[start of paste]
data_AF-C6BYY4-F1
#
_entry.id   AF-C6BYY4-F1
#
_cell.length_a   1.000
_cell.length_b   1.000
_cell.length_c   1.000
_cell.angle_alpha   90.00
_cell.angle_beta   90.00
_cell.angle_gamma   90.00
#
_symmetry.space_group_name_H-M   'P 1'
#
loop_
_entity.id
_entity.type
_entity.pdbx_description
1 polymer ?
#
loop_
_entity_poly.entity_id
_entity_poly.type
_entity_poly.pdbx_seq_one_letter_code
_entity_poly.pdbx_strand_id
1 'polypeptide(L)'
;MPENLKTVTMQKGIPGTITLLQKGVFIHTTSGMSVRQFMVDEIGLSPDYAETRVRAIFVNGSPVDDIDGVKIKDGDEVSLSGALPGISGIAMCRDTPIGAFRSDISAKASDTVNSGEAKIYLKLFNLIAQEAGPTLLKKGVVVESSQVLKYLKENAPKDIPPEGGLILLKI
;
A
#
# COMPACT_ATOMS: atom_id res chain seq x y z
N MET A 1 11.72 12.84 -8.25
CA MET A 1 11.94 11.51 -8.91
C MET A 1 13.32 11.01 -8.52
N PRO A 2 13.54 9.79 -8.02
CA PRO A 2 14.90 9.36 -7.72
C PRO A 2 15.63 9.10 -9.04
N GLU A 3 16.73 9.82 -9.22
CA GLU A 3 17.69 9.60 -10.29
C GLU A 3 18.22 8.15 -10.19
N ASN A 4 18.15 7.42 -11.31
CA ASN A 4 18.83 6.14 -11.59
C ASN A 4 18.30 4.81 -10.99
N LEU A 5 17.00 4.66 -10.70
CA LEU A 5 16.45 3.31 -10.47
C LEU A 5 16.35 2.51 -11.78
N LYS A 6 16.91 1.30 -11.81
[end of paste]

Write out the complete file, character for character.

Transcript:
data_AF-C6BYY4-F1
#
_entry.id   AF-C6BYY4-F1
#
_cell.length_a   1.000
_cell.length_b   1.000
_cell.length_c   1.000
_cell.angle_alpha   90.00
_cell.angle_beta   90.00
_cell.angle_gamma   90.00
#
_symmetry.space_group_name_H-M   'P 1'
#
loop_
_entity.id
_entity.type
_entity.pdbx_description
1 polymer ?
#
loop_
_entity_poly.entity_id
_entity_poly.type
_entity_poly.pdbx_seq_one_letter_code
_entity_poly.pdbx_strand_id
1 'polypeptide(L)'
;MPENLKTVTMQKGIPGTITLLQKGVFIHTTSGMSVRQFMVDEIGLSPDYAETRVRAIFVNGSPVDDIDGVKIKDGDEVSLSGALPGISGIAMCRDTPIGAFRSDISAKASDTVNSGEAKIYLKLFNLIAQEAGPTLLKKGVVVESSQVLKYLKENAPKDIPPEGGLILLKI
;
A
#
# COMPACT_ATOMS: atom_id res chain seq x y z
N MET A 1 11.72 12.84 -8.25
CA MET A 1 11.94 11.51 -8.91
C MET A 1 13.32 11.01 -8.52
N PRO A 2 13.54 9.79 -8.02
CA PRO A 2 14.90 9.36 -7.72
C PRO A 2 15.63 9.10 -9.04
N GLU A 3 16.73 9.82 -9.22
CA GLU A 3 17.69 9.60 -10.29
C GLU A 3 18.22 8.15 -10.19
N ASN A 4 18.15 7.42 -11.31
CA ASN A 4 18.83 6.14 -11.59
C ASN A 4 18.30 4.81 -10.99
N LEU A 5 17.00 4.66 -10.70
CA LEU A 5 16.45 3.31 -10.47
C LEU A 5 16.35 2.51 -11.78
N LYS A 6 16.91 1.30 -11.81